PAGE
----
While it is possible to write an explicit URDF for a particular industrial arm, a more general XACRO approach is taken. A XACRO is a type of URDF macro that can be used to generate a URDF. We take this approach because industrial manipulators are often combined with custom end-effectors, requiring a custom URDF. By writing a XACRO that can generate the manipulator portion of the URDF, we provide flexible and extensible library that can be used to generate any custom robot.

See the m10ia_macro.xacro for an example.

For more information on creating an XACRO, see the XACRO tutorials.

Additional/Standard Frames

By convention and in order to match common industrial robot frames, several additional frames should be added to the XACRO

base_link The base_link shall be positioned in the logical base position (oriented by convention, z-axis up, x-axis forward). This frame name is by ROS convention. Typically this frame is the first frame of the robot tied to the first link.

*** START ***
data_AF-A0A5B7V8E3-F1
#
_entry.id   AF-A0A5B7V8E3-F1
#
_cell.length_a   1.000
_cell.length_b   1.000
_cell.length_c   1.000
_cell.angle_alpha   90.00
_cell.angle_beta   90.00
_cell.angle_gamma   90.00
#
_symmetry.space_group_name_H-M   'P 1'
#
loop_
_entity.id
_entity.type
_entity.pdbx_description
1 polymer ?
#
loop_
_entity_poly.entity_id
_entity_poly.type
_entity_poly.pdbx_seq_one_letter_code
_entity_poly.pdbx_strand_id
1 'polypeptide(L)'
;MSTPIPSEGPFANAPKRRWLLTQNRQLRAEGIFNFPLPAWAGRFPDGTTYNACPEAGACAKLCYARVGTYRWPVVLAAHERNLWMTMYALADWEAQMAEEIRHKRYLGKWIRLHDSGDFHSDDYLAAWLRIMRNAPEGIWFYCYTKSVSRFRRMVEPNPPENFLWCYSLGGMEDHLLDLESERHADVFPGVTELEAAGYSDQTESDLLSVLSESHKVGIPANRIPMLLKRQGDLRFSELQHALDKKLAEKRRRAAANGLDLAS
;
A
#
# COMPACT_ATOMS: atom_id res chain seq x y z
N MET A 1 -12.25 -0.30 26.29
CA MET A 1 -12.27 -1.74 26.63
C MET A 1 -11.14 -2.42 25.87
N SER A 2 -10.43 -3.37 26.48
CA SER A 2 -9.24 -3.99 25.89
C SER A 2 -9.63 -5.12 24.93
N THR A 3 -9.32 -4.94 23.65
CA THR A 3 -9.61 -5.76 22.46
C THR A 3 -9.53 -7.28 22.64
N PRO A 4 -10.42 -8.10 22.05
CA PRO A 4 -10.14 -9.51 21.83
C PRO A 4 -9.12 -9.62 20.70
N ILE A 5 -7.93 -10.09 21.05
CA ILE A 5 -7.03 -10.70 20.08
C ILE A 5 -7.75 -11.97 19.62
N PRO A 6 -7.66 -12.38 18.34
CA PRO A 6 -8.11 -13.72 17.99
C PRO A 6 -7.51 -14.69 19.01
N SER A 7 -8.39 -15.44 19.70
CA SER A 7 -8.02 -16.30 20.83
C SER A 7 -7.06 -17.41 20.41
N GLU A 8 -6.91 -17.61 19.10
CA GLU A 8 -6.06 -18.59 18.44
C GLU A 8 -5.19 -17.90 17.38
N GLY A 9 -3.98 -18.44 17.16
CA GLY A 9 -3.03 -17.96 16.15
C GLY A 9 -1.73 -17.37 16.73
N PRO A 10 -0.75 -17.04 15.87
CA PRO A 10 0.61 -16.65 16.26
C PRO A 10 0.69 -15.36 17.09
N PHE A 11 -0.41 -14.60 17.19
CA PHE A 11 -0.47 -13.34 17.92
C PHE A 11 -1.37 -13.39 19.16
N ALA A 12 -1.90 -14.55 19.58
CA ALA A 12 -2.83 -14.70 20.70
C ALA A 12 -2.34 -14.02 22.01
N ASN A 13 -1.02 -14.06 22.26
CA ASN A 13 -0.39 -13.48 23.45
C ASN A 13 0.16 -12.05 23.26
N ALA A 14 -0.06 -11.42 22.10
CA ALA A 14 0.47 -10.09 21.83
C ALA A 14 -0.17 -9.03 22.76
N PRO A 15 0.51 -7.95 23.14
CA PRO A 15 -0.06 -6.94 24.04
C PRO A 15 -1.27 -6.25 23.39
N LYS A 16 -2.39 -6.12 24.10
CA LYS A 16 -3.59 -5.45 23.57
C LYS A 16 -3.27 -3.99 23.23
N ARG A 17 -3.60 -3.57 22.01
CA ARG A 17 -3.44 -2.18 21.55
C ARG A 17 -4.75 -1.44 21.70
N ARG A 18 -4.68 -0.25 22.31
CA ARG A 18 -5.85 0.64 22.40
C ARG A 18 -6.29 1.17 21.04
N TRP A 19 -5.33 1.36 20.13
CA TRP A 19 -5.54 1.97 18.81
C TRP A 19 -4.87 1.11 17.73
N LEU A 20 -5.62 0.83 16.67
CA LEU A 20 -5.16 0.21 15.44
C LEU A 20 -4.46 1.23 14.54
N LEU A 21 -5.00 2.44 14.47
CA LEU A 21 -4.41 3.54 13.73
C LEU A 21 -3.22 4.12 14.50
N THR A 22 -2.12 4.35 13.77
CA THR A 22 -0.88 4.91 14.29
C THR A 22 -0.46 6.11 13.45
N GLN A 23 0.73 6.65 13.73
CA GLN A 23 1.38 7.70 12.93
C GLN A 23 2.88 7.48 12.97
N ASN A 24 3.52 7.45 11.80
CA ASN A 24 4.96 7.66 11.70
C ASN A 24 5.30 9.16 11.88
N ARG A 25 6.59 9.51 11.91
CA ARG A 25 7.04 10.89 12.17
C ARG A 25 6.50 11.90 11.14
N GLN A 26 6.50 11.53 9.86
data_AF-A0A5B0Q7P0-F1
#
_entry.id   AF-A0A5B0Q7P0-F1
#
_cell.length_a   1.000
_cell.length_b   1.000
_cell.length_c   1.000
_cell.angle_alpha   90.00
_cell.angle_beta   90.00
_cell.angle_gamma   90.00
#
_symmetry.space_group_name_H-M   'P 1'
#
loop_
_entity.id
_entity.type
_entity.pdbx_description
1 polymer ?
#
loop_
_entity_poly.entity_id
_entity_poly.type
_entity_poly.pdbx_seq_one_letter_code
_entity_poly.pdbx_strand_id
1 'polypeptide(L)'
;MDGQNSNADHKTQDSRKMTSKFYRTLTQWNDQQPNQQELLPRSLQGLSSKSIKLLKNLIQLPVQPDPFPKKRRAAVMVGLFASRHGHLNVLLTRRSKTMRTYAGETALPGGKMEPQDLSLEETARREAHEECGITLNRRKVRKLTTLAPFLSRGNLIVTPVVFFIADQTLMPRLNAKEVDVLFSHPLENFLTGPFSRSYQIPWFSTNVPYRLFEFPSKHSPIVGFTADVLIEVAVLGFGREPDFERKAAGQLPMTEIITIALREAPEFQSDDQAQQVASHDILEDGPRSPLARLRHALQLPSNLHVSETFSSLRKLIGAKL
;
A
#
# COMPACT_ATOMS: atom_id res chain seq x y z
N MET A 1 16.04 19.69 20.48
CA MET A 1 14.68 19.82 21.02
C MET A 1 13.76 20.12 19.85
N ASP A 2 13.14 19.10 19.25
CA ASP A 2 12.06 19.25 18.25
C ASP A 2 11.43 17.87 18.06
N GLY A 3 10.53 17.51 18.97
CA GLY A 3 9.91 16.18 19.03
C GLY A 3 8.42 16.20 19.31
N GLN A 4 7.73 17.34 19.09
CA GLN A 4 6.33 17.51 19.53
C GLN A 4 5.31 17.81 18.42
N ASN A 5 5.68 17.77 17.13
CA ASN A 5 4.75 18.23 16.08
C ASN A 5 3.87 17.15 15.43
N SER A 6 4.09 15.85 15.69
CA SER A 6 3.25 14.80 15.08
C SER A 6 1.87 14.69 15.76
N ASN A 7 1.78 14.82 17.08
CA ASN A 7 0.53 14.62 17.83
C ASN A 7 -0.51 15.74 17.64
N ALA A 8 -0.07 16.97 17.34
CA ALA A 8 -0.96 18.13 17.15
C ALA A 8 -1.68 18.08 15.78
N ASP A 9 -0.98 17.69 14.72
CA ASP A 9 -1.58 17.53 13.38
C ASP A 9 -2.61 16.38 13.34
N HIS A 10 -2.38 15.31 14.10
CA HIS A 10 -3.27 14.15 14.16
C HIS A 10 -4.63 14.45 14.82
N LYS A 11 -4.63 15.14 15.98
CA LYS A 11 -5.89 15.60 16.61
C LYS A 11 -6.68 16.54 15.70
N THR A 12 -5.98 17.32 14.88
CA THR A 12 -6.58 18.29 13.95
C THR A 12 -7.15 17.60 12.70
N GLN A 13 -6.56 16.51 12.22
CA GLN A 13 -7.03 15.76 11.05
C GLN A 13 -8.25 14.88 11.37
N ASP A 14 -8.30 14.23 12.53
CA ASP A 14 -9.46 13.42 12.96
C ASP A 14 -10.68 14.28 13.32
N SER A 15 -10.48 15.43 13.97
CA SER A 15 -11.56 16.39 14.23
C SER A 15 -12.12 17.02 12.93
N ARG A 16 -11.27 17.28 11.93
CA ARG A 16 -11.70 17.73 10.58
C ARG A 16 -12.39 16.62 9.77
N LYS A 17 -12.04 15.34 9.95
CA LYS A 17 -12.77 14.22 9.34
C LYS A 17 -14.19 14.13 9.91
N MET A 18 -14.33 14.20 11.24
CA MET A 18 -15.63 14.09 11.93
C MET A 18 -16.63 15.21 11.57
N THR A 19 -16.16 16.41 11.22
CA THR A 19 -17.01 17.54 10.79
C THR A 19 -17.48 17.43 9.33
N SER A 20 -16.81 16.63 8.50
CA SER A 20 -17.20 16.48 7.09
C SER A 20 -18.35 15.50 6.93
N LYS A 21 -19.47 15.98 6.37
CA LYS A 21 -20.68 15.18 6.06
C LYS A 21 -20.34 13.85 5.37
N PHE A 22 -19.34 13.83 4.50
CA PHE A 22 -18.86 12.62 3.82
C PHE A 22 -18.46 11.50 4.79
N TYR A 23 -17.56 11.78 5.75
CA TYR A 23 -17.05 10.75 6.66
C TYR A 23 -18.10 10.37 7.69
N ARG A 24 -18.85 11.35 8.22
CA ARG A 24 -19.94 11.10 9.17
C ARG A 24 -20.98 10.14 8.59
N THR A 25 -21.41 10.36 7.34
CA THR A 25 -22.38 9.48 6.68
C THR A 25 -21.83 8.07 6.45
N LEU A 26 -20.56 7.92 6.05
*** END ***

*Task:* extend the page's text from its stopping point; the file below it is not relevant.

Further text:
tool0 The tool0 frame (pronounced: 'tool-zero') shall match exactly an all-zeros TCP configuration as defined on the robot controller. For most controllers, this is equal to an unconfigured TCP, which lies on the physical robot's mounting flange.

This transform (between the last robot link and tool0) may be defined in any way (so may consist of all combinations of translations and rotations), as long as it is a fixed joint type in the URDF. Users are advised to never change tool0, but instead add additional frame(s) as (a) child(ren) of tool0.

The following snippet shows an example definition:

   1 <link name="${prefix}tool0" />
   3 <joint name="${prefix}link_6-tool0" type="fixed">
   4   <parent link="${prefix}link_6" />
   5   <child link="${prefix}tool0" />
   6   <origin xyz="0 0 0" rpy="0 0 0" />
   7 </joint>

base The base frame shall match exactly the base defined by the robot controller. Its purpose is to allow users to transform points into the Cartesian base frame of the robot. Examples of base frames are the World Frame on Fanuc controllers and $ROBROOT for KUKA.